Ecological studies identifying a positive relationship between biodiversity and ecosystem services motivate projections that higher plant diversity will increase services from agroecosystems. While this idea is compelling, evidence of generalizable relationships between biodiversity and ecosystem services that could be broadly applied in agricultural systems is lacking. Cover crops grown in rotation with cash crops are a realistic strategy to increase agroecosystem diversity.

The ongoing changes to climate challenge the conservation of forest biodiversity. Yet, in thermally limited systems, such as temperate forests, not all species groups might be affected negatively. Furthermore, simultaneous changes in the disturbance regime have the potential to mitigate climate-related impacts on forest species.

The potential for infectious pathogens to spillover and emerge from managed populations to wildlife communities is poorly understood, but ecological, evolutionary and anthropogenic factors are all likely to influence the initial exposure and subsequent infection, spread and impact of disease. Fast-evolving RNA viruses, known to cause severe colony losses in managed honeybee populations, deserve particular attention for their propensity to jump between host species and thus threaten ecologically and economically important wild pollinator communities.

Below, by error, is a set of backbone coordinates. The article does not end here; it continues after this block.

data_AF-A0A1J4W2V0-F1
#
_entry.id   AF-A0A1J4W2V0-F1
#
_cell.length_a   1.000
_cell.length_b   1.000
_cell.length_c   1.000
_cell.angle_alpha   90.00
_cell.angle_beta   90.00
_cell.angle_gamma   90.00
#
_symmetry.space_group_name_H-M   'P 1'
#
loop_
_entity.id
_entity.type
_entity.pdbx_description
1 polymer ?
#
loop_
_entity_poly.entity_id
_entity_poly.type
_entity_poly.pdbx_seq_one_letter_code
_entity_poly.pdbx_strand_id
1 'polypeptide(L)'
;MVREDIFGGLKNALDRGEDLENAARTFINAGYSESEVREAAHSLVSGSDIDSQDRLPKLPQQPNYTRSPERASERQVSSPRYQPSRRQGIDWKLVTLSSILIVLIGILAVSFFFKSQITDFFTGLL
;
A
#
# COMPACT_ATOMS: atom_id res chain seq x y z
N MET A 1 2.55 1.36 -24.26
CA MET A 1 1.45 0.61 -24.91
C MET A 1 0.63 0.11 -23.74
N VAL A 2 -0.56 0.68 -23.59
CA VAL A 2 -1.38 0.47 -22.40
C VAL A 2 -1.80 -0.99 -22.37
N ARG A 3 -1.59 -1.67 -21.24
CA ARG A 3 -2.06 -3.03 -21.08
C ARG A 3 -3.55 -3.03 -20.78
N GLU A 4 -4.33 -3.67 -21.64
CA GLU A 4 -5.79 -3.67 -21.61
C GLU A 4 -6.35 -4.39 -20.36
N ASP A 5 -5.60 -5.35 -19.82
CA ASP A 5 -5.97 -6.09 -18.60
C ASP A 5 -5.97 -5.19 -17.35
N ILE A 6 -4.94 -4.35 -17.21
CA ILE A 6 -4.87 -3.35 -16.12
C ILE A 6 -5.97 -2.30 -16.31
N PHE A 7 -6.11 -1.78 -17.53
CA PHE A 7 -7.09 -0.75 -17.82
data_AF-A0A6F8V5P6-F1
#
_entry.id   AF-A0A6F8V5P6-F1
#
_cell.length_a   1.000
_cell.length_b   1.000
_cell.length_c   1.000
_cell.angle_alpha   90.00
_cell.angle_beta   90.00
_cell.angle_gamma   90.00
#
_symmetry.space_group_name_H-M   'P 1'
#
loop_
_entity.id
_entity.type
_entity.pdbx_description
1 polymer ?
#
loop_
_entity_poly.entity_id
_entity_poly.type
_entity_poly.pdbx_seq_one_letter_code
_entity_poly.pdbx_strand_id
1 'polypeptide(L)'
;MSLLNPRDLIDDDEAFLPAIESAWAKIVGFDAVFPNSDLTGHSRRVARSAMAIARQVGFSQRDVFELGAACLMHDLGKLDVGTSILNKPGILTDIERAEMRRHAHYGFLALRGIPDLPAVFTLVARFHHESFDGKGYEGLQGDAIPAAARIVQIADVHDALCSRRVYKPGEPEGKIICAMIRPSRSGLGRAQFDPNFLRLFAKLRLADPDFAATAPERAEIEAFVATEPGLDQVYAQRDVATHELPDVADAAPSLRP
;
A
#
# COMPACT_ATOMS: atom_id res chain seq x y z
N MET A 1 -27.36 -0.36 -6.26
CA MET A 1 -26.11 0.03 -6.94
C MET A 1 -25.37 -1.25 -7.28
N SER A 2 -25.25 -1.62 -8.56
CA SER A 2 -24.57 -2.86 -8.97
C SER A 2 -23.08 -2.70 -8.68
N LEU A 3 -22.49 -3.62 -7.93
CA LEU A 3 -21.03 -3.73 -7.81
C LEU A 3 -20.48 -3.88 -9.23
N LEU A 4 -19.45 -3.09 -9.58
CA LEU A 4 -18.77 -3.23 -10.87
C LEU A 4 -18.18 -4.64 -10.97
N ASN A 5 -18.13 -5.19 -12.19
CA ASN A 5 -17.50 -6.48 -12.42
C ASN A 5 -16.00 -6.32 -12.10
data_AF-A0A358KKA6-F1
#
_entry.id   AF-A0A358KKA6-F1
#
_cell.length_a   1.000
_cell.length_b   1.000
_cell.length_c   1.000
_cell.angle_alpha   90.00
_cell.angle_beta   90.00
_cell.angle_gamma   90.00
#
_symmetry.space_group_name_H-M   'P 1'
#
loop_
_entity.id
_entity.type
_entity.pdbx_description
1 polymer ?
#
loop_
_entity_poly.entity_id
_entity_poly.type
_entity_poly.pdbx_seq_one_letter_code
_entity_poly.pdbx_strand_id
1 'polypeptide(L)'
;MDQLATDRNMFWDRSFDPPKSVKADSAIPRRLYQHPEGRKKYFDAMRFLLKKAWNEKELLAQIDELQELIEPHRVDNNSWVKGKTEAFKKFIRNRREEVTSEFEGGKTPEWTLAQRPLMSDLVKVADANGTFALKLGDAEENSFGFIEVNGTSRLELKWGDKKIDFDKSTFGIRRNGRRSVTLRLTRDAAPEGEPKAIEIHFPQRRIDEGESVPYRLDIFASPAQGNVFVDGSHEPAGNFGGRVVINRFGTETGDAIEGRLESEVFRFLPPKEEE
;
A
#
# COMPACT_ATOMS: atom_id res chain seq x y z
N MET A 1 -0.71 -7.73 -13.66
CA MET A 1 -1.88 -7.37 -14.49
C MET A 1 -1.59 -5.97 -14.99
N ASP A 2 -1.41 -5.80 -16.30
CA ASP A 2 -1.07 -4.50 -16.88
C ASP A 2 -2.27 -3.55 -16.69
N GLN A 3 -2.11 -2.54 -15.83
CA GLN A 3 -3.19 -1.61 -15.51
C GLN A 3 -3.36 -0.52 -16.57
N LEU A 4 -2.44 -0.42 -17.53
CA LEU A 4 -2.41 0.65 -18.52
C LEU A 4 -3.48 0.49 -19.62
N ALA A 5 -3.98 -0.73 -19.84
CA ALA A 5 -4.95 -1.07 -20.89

Neonicotinoids are the most widely used insecticides world-wide, but their fate in the environment remains unclear, as does their potential to influence non-target species and the roles they play in agroecosystems. The researchers investigated in laboratory and field studies the influence of the neonicotinoid thiamethoxam, applied as a coating to soya bean seeds, on interactions among soya beans, non target molluscan herbivores and their insect predators.